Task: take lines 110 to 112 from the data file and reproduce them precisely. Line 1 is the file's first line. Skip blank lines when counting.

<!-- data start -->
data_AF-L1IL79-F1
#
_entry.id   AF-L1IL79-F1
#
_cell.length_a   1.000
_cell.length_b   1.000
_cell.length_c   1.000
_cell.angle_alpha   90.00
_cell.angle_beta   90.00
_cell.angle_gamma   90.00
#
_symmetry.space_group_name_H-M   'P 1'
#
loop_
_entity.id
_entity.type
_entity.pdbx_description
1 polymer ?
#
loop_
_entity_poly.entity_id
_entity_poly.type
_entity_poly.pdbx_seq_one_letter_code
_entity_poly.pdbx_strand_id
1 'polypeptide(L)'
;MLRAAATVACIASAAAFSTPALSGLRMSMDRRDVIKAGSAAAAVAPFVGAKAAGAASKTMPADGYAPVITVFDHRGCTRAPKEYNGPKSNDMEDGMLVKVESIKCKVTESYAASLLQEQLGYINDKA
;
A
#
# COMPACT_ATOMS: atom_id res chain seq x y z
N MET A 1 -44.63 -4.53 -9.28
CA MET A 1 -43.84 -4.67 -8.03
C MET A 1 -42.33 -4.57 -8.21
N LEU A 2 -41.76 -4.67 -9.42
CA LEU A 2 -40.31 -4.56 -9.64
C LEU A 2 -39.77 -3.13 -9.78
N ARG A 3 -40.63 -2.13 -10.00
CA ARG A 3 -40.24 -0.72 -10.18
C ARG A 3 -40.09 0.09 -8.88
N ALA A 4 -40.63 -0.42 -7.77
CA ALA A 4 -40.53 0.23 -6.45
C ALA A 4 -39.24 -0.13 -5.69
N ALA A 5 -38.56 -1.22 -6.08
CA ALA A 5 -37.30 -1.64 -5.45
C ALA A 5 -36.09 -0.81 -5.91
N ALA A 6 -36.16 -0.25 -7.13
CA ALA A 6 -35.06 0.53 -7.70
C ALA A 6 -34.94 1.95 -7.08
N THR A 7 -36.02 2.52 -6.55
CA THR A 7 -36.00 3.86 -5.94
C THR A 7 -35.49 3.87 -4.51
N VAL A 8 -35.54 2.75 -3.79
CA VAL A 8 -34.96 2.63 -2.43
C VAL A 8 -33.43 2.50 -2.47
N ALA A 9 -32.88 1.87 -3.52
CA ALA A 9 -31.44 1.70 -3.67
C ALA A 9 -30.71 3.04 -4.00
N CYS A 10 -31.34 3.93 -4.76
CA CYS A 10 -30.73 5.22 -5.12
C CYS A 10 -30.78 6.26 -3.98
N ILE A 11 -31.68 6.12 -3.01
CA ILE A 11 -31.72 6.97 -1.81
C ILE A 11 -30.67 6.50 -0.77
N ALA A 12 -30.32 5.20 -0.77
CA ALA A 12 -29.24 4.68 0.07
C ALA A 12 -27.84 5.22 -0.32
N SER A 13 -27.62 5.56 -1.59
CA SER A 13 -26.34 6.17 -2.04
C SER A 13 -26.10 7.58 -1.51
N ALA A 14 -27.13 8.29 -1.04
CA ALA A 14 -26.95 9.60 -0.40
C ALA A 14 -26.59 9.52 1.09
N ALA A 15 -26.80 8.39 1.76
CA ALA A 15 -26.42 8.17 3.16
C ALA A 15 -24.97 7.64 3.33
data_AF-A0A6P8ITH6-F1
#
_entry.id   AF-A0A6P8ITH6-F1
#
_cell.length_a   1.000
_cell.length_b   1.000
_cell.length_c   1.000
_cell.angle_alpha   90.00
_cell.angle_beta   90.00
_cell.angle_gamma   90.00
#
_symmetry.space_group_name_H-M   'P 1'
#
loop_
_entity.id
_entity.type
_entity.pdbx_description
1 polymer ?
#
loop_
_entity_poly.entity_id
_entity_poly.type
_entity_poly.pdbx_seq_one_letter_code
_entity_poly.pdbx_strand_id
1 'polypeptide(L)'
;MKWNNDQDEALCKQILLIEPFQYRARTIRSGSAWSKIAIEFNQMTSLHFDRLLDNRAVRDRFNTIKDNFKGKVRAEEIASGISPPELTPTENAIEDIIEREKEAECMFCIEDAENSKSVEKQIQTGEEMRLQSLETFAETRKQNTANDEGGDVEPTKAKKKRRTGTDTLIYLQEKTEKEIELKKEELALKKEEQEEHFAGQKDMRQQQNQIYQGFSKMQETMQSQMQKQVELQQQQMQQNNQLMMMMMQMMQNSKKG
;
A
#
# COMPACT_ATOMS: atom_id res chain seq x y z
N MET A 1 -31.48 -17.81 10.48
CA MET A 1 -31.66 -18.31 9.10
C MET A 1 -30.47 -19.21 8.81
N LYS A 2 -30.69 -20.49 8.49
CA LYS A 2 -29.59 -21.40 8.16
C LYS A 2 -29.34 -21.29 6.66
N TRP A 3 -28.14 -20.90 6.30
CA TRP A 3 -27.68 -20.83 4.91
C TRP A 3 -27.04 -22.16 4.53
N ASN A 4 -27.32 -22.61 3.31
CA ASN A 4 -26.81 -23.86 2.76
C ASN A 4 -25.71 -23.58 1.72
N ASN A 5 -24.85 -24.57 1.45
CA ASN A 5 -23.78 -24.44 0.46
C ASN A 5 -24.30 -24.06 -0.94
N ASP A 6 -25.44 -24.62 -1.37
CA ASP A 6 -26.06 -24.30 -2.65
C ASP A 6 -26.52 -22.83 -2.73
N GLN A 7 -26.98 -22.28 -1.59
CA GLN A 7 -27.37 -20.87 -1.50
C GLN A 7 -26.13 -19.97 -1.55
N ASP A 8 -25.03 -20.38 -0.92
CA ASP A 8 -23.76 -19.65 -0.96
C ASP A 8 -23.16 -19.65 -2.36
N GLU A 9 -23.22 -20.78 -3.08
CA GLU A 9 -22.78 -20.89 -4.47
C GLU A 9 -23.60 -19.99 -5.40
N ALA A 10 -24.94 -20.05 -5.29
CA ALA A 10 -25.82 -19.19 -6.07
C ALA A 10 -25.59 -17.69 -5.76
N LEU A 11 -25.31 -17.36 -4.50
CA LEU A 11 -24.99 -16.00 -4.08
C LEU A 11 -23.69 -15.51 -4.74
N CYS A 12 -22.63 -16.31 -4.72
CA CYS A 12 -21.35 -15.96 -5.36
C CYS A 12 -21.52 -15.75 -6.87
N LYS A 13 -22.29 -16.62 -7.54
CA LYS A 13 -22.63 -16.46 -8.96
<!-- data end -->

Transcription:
CA LYS A 2 -29.59 -21.40 8.16
C LYS A 2 -29.34 -21.29 6.66
N TRP A 3 -28.14 -20.90 6.30